-Using egg-whites for lubrication help the sperm swim inside the vagina. FALSE

-Bacteria transferred from your mouth during oral sex kills sperm. FALSE

-Douche with sparkling water to give sperm a cleaner host. FALSE

-Some intercourse positions are “better” than others for promoting conception. FALSE

-The time of day for intercourse, the position used, family history, position of the moon and stars and diet can help determine the sex of the new baby. FALSE

-Vacation and relaxation help to promote a susceptible medium for conception. FALSE

When all is said and done, I would suggest any similar questions, and questions regarding legitimate methods to aid in conception, be discussed with your family physician or family planning official, of which I am neither. But back to the business at hand. There is another myth that actually comes close to being fact. It is a myth that you can conceive by timing intercourse one to two days after ovulation. It’s actually only possible by having intercourse during the five days previous, before ovulation actually occurs. Once the egg is actually released into the fallopian tubes there is only a twenty-four hour window for fertilization, after that the egg begins to disintegrate and can no longer be fertilized. Within that twenty-four hour period from the point the egg is released, the first two thirds of that time is spent travelling to the inner part of the fallopian tubes where fertilization can take place. This basically leaves only a six to eight hour period for the sperm to fertilize the egg before it becomes “over-ripe”.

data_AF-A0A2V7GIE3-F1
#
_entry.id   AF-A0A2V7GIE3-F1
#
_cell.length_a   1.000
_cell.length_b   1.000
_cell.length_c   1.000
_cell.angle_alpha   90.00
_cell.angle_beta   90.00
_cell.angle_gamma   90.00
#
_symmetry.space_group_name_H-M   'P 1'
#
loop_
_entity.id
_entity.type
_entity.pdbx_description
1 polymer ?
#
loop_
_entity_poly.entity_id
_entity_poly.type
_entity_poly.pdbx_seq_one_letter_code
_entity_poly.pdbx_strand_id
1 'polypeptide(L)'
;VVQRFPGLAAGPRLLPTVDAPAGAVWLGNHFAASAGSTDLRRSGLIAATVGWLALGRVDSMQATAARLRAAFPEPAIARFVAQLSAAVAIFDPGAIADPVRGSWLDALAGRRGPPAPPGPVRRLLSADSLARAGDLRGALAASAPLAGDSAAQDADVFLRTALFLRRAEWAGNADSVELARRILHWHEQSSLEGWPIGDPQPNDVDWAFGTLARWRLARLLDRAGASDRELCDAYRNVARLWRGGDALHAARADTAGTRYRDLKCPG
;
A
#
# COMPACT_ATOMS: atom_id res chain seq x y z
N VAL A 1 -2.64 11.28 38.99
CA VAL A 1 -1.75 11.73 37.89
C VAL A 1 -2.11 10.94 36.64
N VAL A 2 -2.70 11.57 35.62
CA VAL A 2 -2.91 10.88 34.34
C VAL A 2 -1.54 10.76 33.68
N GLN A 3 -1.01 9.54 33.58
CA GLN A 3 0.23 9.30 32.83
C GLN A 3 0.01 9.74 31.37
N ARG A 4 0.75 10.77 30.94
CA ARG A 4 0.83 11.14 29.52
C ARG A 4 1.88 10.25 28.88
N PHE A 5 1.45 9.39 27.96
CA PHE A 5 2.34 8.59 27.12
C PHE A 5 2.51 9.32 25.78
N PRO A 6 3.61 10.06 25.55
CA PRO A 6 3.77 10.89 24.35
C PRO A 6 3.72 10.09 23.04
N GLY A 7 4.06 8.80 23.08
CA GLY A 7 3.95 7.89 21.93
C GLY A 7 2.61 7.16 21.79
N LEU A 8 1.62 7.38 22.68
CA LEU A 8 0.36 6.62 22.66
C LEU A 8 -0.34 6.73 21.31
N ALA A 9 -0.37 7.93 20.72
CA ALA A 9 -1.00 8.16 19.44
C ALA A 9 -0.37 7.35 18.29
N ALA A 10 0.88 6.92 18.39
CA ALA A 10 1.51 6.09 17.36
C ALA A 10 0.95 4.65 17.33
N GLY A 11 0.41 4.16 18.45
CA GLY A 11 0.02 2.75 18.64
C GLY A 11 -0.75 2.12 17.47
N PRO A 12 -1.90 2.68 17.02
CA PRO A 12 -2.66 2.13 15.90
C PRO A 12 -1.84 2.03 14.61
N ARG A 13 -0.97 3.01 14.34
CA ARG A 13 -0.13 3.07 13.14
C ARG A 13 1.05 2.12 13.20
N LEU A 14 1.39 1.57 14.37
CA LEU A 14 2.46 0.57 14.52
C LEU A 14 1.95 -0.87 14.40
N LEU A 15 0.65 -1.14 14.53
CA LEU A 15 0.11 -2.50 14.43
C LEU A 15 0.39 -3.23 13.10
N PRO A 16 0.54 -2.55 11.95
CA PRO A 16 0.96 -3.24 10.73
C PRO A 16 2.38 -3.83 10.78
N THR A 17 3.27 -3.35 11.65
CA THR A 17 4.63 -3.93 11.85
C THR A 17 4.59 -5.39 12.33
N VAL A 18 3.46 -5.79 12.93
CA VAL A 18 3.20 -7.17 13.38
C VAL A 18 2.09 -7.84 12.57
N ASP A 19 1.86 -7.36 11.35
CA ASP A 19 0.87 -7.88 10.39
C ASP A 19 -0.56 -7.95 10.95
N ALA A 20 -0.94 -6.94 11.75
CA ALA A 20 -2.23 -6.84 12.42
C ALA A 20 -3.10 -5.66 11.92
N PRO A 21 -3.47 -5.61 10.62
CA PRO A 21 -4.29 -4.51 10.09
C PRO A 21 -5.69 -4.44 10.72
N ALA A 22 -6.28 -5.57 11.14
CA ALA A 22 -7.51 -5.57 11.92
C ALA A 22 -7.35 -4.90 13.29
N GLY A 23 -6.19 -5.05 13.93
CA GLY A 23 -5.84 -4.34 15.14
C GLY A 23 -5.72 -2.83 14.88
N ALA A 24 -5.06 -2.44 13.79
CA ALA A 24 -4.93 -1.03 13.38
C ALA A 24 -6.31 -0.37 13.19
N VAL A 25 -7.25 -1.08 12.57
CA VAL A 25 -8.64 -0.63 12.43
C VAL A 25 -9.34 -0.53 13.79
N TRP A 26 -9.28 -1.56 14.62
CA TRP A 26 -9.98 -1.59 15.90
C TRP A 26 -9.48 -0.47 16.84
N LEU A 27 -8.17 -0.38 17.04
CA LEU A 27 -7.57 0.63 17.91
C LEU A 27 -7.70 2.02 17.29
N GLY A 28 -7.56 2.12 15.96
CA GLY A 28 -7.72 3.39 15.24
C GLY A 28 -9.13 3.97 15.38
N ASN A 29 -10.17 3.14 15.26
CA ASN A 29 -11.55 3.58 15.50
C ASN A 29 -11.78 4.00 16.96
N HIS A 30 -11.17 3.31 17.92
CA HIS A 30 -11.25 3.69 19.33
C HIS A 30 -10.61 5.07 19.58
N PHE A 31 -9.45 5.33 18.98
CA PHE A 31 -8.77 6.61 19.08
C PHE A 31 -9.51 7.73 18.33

Now don’t start worrying that your timing has to be that accurate. Some sperm will set out for the fallopian tubes immediately after ejaculation and arrive within the hour. Pretty efficient! For the majority of the mere 400 sperm that will make the journey out of the 200 million that were ejaculated, they wait in reserve and gradually make their way over the next five days. And although once one of these sperm penetrates the egg membrane no other can, it actually takes hundreds working together to get one in. That’s probably why I like hockey much more than figure skating…